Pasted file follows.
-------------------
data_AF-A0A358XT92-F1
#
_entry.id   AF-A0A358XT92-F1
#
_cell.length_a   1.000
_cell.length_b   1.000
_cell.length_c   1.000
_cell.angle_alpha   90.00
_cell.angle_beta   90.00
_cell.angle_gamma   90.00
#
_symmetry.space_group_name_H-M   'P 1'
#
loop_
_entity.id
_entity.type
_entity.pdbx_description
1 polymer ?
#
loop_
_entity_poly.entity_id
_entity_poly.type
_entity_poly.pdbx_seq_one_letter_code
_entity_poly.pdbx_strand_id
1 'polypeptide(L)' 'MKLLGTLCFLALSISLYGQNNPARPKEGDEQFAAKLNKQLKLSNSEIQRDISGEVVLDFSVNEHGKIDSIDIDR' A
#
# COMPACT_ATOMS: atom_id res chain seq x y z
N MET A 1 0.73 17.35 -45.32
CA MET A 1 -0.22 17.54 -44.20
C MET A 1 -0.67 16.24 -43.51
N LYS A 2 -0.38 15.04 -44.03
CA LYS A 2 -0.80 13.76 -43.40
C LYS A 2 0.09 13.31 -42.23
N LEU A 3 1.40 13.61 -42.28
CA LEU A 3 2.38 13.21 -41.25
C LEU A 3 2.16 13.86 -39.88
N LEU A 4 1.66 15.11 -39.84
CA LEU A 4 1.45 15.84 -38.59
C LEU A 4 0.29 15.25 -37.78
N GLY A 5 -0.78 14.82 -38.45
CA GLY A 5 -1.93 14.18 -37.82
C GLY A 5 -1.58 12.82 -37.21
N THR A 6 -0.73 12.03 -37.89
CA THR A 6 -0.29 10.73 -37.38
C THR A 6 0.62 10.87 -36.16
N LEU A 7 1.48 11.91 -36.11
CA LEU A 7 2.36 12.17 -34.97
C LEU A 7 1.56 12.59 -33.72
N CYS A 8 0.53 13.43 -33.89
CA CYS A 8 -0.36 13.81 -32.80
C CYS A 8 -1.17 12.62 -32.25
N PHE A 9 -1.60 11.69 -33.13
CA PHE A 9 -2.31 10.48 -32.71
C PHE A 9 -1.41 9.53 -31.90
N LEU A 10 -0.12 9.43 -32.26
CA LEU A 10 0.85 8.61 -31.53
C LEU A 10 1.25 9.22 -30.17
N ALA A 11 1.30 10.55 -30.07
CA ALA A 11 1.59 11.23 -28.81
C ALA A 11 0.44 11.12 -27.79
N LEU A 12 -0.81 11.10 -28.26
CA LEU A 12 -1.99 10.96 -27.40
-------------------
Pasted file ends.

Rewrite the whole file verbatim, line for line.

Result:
data_AF-A0A358XT92-F1
#
_entry.id   AF-A0A358XT92-F1
#
_cell.length_a   1.000
_cell.length_b   1.000
_cell.length_c   1.000
_cell.angle_alpha   90.00
_cell.angle_beta   90.00
_cell.angle_gamma   90.00
#
_symmetry.space_group_name_H-M   'P 1'
#
loop_
_entity.id
_entity.type
_entity.pdbx_description
1 polymer ?
#
loop_
_entity_poly.entity_id
_entity_poly.type
_entity_poly.pdbx_seq_one_letter_code
_entity_poly.pdbx_strand_id
1 'polypeptide(L)' 'MKLLGTLCFLALSISLYGQNNPARPKEGDEQFAAKLNKQLKLSNSEIQRDISGEVVLDFSVNEHGKIDSIDIDR' A
#
# COMPACT_ATOMS: atom_id res chain seq x y z
N MET A 1 0.73 17.35 -45.32
CA MET A 1 -0.22 17.54 -44.20
C MET A 1 -0.67 16.24 -43.51
N LYS A 2 -0.38 15.04 -44.03
CA LYS A 2 -0.80 13.76 -43.40
C LYS A 2 0.09 13.31 -42.23
N LEU A 3 1.40 13.61 -42.28
CA LEU A 3 2.38 13.21 -41.25
C LEU A 3 2.16 13.86 -39.88
N LEU A 4 1.66 15.11 -39.84
CA LEU A 4 1.45 15.84 -38.59
C LEU A 4 0.29 15.25 -37.78
N GLY A 5 -0.78 14.82 -38.45
CA GLY A 5 -1.93 14.18 -37.82
C GLY A 5 -1.58 12.82 -37.21
N THR A 6 -0.73 12.03 -37.89
CA THR A 6 -0.29 10.73 -37.38
C THR A 6 0.62 10.87 -36.16
N LEU A 7 1.48 11.91 -36.11
CA LEU A 7 2.36 12.17 -34.97
C LEU A 7 1.56 12.59 -33.72
N CYS A 8 0.53 13.43 -33.89
CA CYS A 8 -0.36 13.81 -32.80
C CYS A 8 -1.17 12.62 -32.25
N PHE A 9 -1.60 11.69 -33.13
CA PHE A 9 -2.31 10.48 -32.71
C PHE A 9 -1.41 9.53 -31.90
N LEU A 10 -0.12 9.43 -32.26
CA LEU A 10 0.85 8.61 -31.53
C LEU A 10 1.25 9.22 -30.17
N ALA A 11 1.30 10.55 -30.07
CA ALA A 11 1.59 11.23 -28.81
C ALA A 11 0.44 11.12 -27.79
N LEU A 12 -0.81 11.10 -28.26
CA LEU A 12 -1.99 10.96 -27.40